JVM Core Dumping
Unfortunately, as with all software, it occasionally crashes and hangs (typically using 100% CPU stuck in a GC loop). When a Java application has hung because of underlying memory issues the best way to investigate the cause would be to dump all the memory, a Heap Dump.
Even more unfortunate perhaps is that when the JVM is hung you often cannot get a heap dump using the conventional tools or methods. And tools which might work may take extraordinary amounts of time to complete.
Recently I stumbled upon a method of getting a heap dump which is surprisingly fast so I figured I’d share it here.
Typically when a JVM is running you can use a tool called jmap, which comes with every JDK install in the bin folder, to attach to the running JVM and either find out heap statistics or generate a full heap dump to analyse.
While reading the jmap documentation however I noticed it can take a core file instead of the PID of the Java process to map. Researching online it seems that if you run on Linux you can generate a core dump from the running process and have jmap analyse that.
More interesting for me was finding out that you can get a core dump from a process even when it’s completely hung.
Here’s how to do this:
- Find the PID of the hung process
- If you use
topyou can see the PID in the leftmost column typically
- Otherwise I tend to run
ps aux | grep javareplacing Java occasionally with an argument I know was passed (e.g. part of the Tomcat path or the word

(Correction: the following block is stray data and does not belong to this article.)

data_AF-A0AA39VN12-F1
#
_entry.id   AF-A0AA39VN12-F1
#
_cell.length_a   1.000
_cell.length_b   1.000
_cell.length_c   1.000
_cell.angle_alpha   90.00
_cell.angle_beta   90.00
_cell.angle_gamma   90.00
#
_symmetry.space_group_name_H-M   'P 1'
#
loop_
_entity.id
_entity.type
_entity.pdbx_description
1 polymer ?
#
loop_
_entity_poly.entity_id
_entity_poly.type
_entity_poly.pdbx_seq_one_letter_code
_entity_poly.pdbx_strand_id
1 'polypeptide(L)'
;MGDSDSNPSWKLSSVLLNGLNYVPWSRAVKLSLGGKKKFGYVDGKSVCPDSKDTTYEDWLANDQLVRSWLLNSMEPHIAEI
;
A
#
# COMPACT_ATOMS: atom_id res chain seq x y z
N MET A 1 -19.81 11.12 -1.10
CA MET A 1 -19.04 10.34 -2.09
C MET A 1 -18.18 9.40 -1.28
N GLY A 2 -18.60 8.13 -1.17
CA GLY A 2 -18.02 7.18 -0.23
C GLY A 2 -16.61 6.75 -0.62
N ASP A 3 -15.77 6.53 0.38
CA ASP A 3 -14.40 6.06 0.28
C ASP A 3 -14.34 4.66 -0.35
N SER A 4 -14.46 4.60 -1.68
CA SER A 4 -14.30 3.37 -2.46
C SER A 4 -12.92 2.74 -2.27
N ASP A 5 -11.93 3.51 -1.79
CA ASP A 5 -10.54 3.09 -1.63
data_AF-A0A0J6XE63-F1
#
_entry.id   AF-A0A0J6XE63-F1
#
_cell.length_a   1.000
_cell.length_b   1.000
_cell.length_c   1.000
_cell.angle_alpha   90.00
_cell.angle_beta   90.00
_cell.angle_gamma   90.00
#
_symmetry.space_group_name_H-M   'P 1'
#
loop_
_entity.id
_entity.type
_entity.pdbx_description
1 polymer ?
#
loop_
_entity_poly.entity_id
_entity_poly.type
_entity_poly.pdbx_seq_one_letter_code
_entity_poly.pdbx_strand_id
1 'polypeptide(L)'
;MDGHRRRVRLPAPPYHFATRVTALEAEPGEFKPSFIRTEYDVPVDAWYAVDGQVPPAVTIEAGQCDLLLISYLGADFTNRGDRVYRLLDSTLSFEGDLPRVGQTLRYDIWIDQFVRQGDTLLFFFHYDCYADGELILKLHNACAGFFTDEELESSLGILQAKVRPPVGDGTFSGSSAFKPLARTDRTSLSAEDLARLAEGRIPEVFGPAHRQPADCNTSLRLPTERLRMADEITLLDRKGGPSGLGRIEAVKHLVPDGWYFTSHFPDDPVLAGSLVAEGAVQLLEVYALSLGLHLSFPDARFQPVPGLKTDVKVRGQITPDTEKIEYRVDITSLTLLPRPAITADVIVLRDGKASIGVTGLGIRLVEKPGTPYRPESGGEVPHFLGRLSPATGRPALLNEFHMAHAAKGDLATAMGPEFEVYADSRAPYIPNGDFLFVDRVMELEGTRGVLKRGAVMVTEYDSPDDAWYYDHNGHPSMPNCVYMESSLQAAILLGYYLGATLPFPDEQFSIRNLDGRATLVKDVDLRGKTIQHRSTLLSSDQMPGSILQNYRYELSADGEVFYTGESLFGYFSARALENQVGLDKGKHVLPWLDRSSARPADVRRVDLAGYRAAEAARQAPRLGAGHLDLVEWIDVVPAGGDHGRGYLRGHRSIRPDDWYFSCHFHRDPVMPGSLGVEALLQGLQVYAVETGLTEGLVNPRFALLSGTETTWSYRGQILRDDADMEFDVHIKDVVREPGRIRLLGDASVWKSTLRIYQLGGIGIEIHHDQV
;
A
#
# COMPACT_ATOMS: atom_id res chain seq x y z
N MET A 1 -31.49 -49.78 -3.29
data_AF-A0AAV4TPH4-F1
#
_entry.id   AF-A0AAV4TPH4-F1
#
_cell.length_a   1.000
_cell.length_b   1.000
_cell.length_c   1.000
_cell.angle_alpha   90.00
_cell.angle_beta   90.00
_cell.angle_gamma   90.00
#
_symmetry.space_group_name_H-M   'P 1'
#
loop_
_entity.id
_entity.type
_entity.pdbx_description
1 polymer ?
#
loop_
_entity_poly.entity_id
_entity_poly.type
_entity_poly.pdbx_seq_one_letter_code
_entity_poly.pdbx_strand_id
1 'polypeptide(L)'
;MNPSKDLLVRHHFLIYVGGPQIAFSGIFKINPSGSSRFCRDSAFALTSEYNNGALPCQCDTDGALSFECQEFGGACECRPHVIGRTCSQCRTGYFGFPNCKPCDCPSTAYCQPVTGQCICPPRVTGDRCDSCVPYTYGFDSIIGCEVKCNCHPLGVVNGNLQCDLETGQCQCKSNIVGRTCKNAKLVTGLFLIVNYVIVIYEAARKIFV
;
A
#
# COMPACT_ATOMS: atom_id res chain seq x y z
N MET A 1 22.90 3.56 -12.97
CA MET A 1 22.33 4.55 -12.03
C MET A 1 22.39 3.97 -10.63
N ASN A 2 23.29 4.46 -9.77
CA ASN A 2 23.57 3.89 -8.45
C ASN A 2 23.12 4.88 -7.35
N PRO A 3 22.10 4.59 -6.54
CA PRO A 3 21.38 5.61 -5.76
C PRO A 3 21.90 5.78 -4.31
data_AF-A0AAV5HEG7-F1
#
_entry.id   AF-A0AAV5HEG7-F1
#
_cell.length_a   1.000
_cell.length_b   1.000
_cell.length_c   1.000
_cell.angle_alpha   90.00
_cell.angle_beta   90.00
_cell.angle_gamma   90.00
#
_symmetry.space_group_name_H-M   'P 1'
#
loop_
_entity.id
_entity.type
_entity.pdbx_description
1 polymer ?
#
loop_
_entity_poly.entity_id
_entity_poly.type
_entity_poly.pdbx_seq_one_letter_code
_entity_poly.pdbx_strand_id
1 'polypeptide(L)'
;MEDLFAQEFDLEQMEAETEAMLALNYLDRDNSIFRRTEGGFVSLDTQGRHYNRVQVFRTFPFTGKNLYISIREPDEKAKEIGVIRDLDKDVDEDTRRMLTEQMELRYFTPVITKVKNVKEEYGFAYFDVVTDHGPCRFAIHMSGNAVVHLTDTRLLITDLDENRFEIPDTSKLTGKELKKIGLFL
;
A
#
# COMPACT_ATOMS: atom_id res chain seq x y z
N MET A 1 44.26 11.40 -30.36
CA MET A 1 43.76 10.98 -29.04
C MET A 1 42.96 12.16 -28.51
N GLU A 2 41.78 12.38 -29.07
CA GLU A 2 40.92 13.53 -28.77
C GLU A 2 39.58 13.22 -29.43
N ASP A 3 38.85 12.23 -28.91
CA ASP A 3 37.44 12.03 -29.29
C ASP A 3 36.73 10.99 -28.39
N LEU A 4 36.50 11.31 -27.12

catalinawhich Tomcat uses a lot)
- Attach The GNU Project Debugger(GDB) to the process
sudo gdb --pid=12345where
12345is the PID of the process you want to get a core dump for
- You should now have a
gcore /opt/jvm.coreto dump the memory into a file at /opt/jvm.core (Make sure you have enough disk space, the core dump will be the full size of the memory the JVM was using at the time you run this)
detachto detach the debugger
quitto leave the debugger and get back to your regular Linux prompt
- You now have the entire memory of the JVM process saved in that core file, so if you need to you can restart Tomcat or whatever you might normally do to your Java process to fix it, we can investigate any time we like now
To investigate the core file we first need to convert it. A core dump contains all the Java Heap, with various memory pools, but it also contains the internal memory and state of the JVM. Java Heap analysis tools typically can’t work with a raw core dump and need a Heap Profile instead. This is where jmap comes in, taking the core as an argument.
As a quick test to check the core dump was correctly made and from a valid Java I tend to run
sudo jmap -clstats /usr/bin/java /opt/jvm.core first (this should just dump classloader stats to stdout). If that runs without error it’s time to get a Java Heap dump out of the core.
sudo jmap -dump:format=b,file=jvm.hprof /usr/bin/java /opt/jvm.core
This may take a while, but it should eventually say “Heap dump file created” and you should have a jvm.hprof file.
You can now use tools like YourKit or VisualVM (which also comes as standard with the JDK in the bin folder) or jhat (command line tool also in the JDK bin folder) to open up that hprof file and inspect all the instances of your objects. Hopefully you can track down your memory leak or find out what memory values were causing your issues.
One issue I have run across with this technique is that jmap MUST run with the JVM which the core file came from as an argument,
/usr/bin/java in my example commands. If you use Tomcat with JSVC then this is, as far as I currently know, impossible to do. If your machine just has multiple Java installs however, you just need to make sure you pass in the right one when running jmap.
I also read there are issues using gcore with IBM Java which you might need to be aware of.